If you think I'm handsome now, wait until I get bigger. My variegated leaves are what will get your attention. I'm no plain jane but a yellow gem! I brighten up corners, like my share of sunlight, and you can let me dry out a bit between waterings. I can't wait to grow some new leaves for you!
Easy for beginners and a great starter plant!
Toxic to dogs and cats.
India and Malaysia
India and Malaysia
These plants were...
These plants were grown at one time commercially to use the sap to produce rubber!
This Plant's Kindred Spirit is:
Strong, heroic and absolutely kissable!
Great For People Who…
Great for people who are on the go and need low maintenance plants
Great for people who love rainforests
Great for people who love to dance
Great for people who like fun projects
Great For Spaces That…
Great for spaces with higher ceilings
Great for space with room for a grouping of plants
Great for spaces with bright indirect light
Great for spaces that have need lush decor
Ficus altissima 'Yellow Gem' Care Guide
Bright indirect light
Be sure to water when you receive it. Allow the topsoil to dry out between watering.
Prefers medium humidity
Keep this plant in rooms where the temperature is a comfortable 75°F-80°F and avoid cold drafts or air vents below 60°F.
Outside: Keep it in shade on a patio where nights are above 60°F.
Apply a balanced, liquid fertilizer especially formulated for indoor plants every month during the growing season.
When receiving the Variegated Rubber Tree plant, do not repot immediately but wait at least 6-12 months.
Repot in the spring, using a 2 inches bigger pot.
Place a piece of screening at the bottom of the container over the drainage hole to secure the soil and allow it to drain. Use a well-draining potting mix half and half with a cacti and succulent potting mix to help with drainage.
Water your plant in the old pot before transferring over and let it sit an hour.
Add the soil mix to the bottom to elevate the root ball. Lift the plant and release the roots against the existing planter. Use a clean knife or garden trowel to wedge between the pot and the soil to loosen.
Inspect the root ball. Notice if there are any dead or rotting roots and trim off with sterile pruners. If the plant is rootbound, loosen the roots to alleviate continued encircling.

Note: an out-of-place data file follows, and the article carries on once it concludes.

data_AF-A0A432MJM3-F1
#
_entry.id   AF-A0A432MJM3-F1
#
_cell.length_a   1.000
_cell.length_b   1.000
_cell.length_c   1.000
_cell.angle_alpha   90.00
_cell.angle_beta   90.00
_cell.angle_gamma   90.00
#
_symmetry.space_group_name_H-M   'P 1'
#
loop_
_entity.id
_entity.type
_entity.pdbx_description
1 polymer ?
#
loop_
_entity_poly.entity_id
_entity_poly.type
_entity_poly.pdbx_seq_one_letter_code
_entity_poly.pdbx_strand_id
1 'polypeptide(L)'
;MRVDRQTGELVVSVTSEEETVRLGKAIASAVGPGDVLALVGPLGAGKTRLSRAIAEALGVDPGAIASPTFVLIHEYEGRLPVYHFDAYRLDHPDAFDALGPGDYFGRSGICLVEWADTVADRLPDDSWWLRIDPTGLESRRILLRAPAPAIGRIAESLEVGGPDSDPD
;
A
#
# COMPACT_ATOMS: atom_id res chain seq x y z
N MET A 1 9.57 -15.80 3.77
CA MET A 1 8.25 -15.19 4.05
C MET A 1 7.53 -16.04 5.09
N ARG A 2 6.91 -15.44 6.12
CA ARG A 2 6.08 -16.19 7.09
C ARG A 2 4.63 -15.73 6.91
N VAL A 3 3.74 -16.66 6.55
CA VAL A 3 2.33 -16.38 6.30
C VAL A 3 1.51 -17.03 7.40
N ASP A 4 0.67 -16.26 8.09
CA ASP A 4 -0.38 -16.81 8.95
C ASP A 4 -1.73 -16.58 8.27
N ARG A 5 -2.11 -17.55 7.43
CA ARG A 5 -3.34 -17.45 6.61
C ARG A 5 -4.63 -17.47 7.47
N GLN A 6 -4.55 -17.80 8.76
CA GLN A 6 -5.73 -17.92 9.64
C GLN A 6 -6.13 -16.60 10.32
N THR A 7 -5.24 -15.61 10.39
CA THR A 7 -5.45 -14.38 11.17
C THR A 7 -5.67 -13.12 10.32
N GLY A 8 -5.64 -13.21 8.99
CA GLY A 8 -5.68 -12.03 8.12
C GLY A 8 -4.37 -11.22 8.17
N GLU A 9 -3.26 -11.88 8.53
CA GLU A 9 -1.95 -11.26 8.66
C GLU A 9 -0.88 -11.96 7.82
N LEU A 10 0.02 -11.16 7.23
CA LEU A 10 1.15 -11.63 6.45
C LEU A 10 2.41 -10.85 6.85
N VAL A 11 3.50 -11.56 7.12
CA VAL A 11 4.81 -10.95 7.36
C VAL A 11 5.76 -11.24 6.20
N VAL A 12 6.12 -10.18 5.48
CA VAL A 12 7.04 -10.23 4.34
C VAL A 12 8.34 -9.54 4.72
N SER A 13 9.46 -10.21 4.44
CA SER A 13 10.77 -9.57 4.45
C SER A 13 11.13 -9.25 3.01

Ensure the plant is sitting about 1 inch below the edge of the pot to avoid water spillage. Add more soil and backfill around the sides by tamping down. Fill up to the soil line but not over.
Water thoroughly, leaving the soil damp but not soggy. If settling occurs, add more soil.
Water well to dampen the soil and let it drain.
To prune these Rubber Tree plants, wear gloves to avoid skin irritation and use sharp, sterilized pruners. The best time to prune is in late spring or early summer. Cut right above the node (where leaves are attached to the stem), causing branching to occur for a bushier plant. Don't remove more than one-third of the plant's foliage to keep it healthy.
Take a stem cutting with sanitized pruners, 6-8 inches long with leaves attached. Trim off the bottom leaves on the stem.
Dip the stem in water, then rooting hormone. Stick the stem into the soil mix.
Use a pot with drainage and place the stem 1-2 inches down into the damp, well-draining, moist mixture of cacti and succulent soil and regular potting mix with perlite in equal parts.
Tamp down around the stem securing it. Place a clear plastic bag over the cutting to mimic a greenhouse and mist the bag.
Set it in bright, indirect sunlight while they are rooting. Check the moisture and humidity each day and add misting to keep the soil moist while the roots establish.
After 6-8 weeks, roots will begin to establish. You can tug onto the stem to ensure the roots are secure. Remove the plastic bag but maintain adequate humidity around the new plant.